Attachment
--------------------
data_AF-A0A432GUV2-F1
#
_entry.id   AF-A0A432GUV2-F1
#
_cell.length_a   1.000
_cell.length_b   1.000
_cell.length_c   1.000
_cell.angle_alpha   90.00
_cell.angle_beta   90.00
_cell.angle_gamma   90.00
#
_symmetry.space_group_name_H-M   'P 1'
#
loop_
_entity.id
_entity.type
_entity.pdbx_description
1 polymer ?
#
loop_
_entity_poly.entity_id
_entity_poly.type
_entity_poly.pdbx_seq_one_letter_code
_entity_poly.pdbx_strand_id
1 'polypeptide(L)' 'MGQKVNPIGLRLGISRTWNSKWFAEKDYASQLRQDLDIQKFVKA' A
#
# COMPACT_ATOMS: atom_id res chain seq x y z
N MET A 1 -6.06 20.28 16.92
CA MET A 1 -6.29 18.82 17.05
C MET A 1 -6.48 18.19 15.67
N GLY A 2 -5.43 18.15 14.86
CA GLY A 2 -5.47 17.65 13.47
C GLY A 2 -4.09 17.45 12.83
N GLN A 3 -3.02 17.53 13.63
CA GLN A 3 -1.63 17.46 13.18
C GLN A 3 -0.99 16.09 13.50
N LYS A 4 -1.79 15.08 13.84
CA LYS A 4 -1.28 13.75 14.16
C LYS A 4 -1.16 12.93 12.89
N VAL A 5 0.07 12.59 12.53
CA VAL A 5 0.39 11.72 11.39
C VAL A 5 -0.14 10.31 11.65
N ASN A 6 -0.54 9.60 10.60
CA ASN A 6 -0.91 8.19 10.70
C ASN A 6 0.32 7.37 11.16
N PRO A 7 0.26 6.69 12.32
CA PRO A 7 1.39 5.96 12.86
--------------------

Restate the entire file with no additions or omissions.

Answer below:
data_AF-A0A432GUV2-F1
#
_entry.id   AF-A0A432GUV2-F1
#
_cell.length_a   1.000
_cell.length_b   1.000
_cell.length_c   1.000
_cell.angle_alpha   90.00
_cell.angle_beta   90.00
_cell.angle_gamma   90.00
#
_symmetry.space_group_name_H-M   'P 1'
#
loop_
_entity.id
_entity.type
_entity.pdbx_description
1 polymer ?
#
loop_
_entity_poly.entity_id
_entity_poly.type
_entity_poly.pdbx_seq_one_letter_code
_entity_poly.pdbx_strand_id
1 'polypeptide(L)' 'MGQKVNPIGLRLGISRTWNSKWFAEKDYASQLRQDLDIQKFVKA' A
#
# COMPACT_ATOMS: atom_id res chain seq x y z
N MET A 1 -6.06 20.28 16.92
CA MET A 1 -6.29 18.82 17.05
C MET A 1 -6.48 18.19 15.67
N GLY A 2 -5.43 18.15 14.86
CA GLY A 2 -5.47 17.65 13.47
C GLY A 2 -4.09 17.45 12.83
N GLN A 3 -3.02 17.53 13.63
CA GLN A 3 -1.63 17.46 13.18
C GLN A 3 -0.99 16.09 13.50
N LYS A 4 -1.79 15.08 13.84
CA LYS A 4 -1.28 13.75 14.16
C LYS A 4 -1.16 12.93 12.89
N VAL A 5 0.07 12.59 12.53
CA VAL A 5 0.39 11.72 11.39
C VAL A 5 -0.14 10.31 11.65
N ASN A 6 -0.54 9.60 10.60
CA ASN A 6 -0.91 8.19 10.70
C ASN A 6 0.32 7.37 11.16
N PRO A 7 0.26 6.69 12.32
CA PRO A 7 1.39 5.96 12.86